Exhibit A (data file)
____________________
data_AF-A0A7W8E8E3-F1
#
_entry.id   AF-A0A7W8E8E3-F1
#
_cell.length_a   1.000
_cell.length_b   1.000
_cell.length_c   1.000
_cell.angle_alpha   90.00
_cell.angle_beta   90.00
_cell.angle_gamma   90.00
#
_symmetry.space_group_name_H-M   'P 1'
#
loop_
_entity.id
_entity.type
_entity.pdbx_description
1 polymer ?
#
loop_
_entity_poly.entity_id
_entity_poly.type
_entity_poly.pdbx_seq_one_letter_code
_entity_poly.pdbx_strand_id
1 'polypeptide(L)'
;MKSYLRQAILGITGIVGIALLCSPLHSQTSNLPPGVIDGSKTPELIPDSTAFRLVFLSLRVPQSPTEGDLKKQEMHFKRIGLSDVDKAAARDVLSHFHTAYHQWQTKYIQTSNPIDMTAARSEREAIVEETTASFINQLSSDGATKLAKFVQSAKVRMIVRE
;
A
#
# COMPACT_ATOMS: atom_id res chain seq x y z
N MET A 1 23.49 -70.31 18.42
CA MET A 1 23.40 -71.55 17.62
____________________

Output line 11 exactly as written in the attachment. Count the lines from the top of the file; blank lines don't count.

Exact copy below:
#